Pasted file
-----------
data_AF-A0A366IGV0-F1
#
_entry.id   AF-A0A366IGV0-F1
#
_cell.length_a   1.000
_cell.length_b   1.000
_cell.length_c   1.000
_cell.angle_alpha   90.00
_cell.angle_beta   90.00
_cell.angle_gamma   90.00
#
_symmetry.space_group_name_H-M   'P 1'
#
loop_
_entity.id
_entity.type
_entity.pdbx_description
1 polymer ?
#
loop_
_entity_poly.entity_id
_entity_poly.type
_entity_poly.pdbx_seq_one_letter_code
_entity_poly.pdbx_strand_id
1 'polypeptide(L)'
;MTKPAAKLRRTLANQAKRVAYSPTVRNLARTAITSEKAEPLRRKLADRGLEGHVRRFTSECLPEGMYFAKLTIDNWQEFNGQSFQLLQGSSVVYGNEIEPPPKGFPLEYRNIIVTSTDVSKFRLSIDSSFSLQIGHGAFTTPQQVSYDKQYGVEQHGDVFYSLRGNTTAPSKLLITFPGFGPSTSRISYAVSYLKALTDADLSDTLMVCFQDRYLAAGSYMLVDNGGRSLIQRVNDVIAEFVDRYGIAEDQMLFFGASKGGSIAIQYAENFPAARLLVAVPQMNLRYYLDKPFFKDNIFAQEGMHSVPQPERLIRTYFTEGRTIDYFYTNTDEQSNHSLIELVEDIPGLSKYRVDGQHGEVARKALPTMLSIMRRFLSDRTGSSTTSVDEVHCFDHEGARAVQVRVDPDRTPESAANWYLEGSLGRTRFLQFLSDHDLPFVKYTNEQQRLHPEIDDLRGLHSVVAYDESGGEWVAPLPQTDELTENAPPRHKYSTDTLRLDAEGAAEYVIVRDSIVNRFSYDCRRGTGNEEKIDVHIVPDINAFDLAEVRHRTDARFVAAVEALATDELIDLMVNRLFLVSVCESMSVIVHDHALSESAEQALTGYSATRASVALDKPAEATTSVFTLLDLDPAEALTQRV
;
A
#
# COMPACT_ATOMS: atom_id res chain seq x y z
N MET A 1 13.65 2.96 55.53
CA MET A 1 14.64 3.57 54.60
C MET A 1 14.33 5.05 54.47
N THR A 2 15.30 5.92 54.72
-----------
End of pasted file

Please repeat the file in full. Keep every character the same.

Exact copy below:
data_AF-A0A366IGV0-F1
#
_entry.id   AF-A0A366IGV0-F1
#
_cell.length_a   1.000
_cell.length_b   1.000
_cell.length_c   1.000
_cell.angle_alpha   90.00
_cell.angle_beta   90.00
_cell.angle_gamma   90.00
#
_symmetry.space_group_name_H-M   'P 1'
#
loop_
_entity.id
_entity.type
_entity.pdbx_description
1 polymer ?
#
loop_
_entity_poly.entity_id
_entity_poly.type
_entity_poly.pdbx_seq_one_letter_code
_entity_poly.pdbx_strand_id
1 'polypeptide(L)'
;MTKPAAKLRRTLANQAKRVAYSPTVRNLARTAITSEKAEPLRRKLADRGLEGHVRRFTSECLPEGMYFAKLTIDNWQEFNGQSFQLLQGSSVVYGNEIEPPPKGFPLEYRNIIVTSTDVSKFRLSIDSSFSLQIGHGAFTTPQQVSYDKQYGVEQHGDVFYSLRGNTTAPSKLLITFPGFGPSTSRISYAVSYLKALTDADLSDTLMVCFQDRYLAAGSYMLVDNGGRSLIQRVNDVIAEFVDRYGIAEDQMLFFGASKGGSIAIQYAENFPAARLLVAVPQMNLRYYLDKPFFKDNIFAQEGMHSVPQPERLIRTYFTEGRTIDYFYTNTDEQSNHSLIELVEDIPGLSKYRVDGQHGEVARKALPTMLSIMRRFLSDRTGSSTTSVDEVHCFDHEGARAVQVRVDPDRTPESAANWYLEGSLGRTRFLQFLSDHDLPFVKYTNEQQRLHPEIDDLRGLHSVVAYDESGGEWVAPLPQTDELTENAPPRHKYSTDTLRLDAEGAAEYVIVRDSIVNRFSYDCRRGTGNEEKIDVHIVPDINAFDLAEVRHRTDARFVAAVEALATDELIDLMVNRLFLVSVCESMSVIVHDHALSESAEQALTGYSATRASVALDKPAEATTSVFTLLDLDPAEALTQRV
;
A
#
# COMPACT_ATOMS: atom_id res chain seq x y z
N MET A 1 13.65 2.96 55.53
CA MET A 1 14.64 3.57 54.60
C MET A 1 14.33 5.05 54.47
N THR A 2 15.30 5.92 54.72